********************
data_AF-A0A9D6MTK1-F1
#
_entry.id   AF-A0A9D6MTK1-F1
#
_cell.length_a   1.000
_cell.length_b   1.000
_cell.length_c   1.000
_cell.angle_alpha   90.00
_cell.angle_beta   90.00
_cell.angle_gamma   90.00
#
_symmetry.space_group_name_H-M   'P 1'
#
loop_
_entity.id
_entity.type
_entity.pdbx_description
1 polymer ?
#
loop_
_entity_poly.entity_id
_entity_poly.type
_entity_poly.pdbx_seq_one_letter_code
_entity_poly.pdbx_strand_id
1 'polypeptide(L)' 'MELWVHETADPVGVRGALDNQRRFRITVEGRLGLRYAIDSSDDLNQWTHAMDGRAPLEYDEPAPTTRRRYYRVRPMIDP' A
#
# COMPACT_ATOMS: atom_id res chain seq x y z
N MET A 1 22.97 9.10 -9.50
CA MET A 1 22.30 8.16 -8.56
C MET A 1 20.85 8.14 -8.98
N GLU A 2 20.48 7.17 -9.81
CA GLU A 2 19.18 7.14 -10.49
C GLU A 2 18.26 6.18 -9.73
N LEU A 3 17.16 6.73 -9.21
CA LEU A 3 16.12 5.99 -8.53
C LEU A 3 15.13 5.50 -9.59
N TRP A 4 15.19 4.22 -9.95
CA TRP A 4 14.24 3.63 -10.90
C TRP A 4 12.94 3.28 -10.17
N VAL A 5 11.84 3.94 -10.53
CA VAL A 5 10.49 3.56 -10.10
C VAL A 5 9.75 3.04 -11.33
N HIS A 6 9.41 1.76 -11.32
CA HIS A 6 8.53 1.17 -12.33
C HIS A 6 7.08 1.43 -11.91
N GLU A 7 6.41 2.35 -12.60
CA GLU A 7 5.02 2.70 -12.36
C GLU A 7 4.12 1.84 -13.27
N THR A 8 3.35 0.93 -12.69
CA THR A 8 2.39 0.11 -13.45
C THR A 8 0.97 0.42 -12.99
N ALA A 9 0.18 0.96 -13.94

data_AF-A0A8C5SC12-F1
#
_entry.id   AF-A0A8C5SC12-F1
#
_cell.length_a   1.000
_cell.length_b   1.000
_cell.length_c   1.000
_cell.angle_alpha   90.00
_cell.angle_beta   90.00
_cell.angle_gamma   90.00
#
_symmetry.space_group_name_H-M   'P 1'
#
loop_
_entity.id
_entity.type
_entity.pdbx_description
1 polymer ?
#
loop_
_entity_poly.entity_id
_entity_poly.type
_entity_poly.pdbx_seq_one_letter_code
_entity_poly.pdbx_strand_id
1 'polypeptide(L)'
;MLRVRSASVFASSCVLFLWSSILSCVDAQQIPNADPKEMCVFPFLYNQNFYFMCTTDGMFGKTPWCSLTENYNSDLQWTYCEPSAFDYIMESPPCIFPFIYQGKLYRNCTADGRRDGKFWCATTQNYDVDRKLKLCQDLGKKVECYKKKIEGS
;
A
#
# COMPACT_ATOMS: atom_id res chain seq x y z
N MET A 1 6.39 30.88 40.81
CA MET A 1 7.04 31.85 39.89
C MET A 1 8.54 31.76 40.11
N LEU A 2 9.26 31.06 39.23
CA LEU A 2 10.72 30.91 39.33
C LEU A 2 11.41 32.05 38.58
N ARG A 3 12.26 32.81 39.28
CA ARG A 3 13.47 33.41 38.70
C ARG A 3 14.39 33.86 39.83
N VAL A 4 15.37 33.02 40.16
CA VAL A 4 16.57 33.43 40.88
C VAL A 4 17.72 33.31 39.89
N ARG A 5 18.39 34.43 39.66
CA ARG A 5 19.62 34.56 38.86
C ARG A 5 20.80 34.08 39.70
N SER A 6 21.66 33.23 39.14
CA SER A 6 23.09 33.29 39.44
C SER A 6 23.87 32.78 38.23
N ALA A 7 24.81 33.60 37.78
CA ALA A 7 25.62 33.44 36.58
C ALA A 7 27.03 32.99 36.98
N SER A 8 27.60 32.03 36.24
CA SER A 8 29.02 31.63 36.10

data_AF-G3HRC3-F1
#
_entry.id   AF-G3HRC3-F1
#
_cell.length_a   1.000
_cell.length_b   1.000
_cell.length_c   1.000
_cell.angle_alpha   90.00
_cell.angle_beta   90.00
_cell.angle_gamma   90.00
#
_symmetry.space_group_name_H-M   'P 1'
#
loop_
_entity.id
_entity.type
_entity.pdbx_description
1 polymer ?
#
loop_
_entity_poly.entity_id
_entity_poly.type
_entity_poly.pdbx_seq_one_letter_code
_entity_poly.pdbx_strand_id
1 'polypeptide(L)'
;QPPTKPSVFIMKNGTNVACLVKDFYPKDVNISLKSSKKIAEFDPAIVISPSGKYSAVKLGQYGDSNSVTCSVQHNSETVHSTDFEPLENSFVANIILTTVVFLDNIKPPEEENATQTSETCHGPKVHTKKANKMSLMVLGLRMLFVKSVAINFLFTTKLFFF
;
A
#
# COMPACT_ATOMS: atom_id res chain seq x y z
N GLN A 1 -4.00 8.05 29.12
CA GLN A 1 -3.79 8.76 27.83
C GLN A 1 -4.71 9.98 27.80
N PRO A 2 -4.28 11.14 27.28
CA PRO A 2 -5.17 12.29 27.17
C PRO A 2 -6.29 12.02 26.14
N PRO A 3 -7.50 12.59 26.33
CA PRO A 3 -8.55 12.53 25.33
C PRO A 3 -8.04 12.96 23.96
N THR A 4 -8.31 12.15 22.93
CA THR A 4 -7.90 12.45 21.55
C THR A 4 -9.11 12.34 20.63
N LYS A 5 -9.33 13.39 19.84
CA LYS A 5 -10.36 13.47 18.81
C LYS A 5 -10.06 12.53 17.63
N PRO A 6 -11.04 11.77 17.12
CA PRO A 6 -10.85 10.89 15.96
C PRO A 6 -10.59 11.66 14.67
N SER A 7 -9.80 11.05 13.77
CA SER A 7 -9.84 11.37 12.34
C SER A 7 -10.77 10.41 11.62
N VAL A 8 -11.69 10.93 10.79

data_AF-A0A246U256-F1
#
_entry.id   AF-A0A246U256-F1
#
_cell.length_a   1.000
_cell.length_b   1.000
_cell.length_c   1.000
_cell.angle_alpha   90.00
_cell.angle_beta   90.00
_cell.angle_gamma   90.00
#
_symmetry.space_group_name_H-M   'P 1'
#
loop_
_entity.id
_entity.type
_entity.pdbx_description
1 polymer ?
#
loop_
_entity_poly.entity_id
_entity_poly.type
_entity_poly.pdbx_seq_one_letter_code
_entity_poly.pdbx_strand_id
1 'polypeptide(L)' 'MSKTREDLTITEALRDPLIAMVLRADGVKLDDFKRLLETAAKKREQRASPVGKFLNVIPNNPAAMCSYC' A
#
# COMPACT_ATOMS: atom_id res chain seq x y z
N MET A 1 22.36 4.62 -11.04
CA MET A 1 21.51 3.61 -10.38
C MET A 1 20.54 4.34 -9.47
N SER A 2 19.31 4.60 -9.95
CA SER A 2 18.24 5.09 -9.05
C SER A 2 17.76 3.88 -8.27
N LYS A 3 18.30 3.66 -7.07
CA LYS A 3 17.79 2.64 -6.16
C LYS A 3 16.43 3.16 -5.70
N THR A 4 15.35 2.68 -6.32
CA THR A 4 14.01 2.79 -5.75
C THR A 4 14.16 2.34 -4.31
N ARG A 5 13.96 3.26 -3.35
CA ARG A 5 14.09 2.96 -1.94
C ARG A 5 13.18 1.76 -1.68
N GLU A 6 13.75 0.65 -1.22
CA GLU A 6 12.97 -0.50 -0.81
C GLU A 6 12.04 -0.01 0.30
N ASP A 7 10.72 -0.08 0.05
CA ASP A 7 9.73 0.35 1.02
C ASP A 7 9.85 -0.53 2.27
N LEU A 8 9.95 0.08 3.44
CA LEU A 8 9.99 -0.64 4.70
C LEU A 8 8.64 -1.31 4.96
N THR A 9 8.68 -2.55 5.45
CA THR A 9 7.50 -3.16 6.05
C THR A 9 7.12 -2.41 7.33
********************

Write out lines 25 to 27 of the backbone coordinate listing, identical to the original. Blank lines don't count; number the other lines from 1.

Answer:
1 'polypeptide(L)' 'MELWVHETADPVGVRGALDNQRRFRITVEGRLGLRYAIDSSDDLNQWTHAMDGRAPLEYDEPAPTTRRRYYRVRPMIDP' A
#
# COMPACT_ATOMS: atom_id res chain seq x y z